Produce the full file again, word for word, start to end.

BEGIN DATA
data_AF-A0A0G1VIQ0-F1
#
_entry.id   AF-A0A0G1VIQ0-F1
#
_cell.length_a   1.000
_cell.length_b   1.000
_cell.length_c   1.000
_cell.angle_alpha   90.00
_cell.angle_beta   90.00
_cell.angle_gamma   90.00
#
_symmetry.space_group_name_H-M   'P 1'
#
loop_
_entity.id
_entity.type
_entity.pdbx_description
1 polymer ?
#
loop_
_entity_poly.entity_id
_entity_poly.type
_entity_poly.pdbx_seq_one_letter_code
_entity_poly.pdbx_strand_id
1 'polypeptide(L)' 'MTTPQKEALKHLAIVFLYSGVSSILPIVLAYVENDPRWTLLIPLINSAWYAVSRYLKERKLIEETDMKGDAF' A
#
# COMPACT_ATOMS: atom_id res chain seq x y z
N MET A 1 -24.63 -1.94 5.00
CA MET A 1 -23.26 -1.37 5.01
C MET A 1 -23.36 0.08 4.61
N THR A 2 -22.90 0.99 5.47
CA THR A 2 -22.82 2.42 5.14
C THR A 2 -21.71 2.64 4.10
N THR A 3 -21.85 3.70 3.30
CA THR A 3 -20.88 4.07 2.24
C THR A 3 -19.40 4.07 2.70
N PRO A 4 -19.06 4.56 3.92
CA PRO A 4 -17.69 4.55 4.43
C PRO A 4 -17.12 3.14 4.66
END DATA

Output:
data_AF-A0A0G1VIQ0-F1
#
_entry.id   AF-A0A0G1VIQ0-F1
#
_cell.length_a   1.000
_cell.length_b   1.000
_cell.length_c   1.000
_cell.angle_alpha   90.00
_cell.angle_beta   90.00
_cell.angle_gamma   90.00
#
_symmetry.space_group_name_H-M   'P 1'
#
loop_
_entity.id
_entity.type
_entity.pdbx_description
1 polymer ?
#
loop_
_entity_poly.entity_id
_entity_poly.type
_entity_poly.pdbx_seq_one_letter_code
_entity_poly.pdbx_strand_id
1 'polypeptide(L)' 'MTTPQKEALKHLAIVFLYSGVSSILPIVLAYVENDPRWTLLIPLINSAWYAVSRYLKERKLIEETDMKGDAF' A
#
# COMPACT_ATOMS: atom_id res chain seq x y z
N MET A 1 -24.63 -1.94 5.00
CA MET A 1 -23.26 -1.37 5.01
C MET A 1 -23.36 0.08 4.61
N THR A 2 -22.90 0.99 5.47
CA THR A 2 -22.82 2.42 5.14
C THR A 2 -21.71 2.64 4.10
N THR A 3 -21.85 3.70 3.30
CA THR A 3 -20.88 4.07 2.24
C THR A 3 -19.40 4.07 2.70
N PRO A 4 -19.06 4.56 3.92
CA PRO A 4 -17.69 4.55 4.43
C PRO A 4 -17.12 3.14 4.66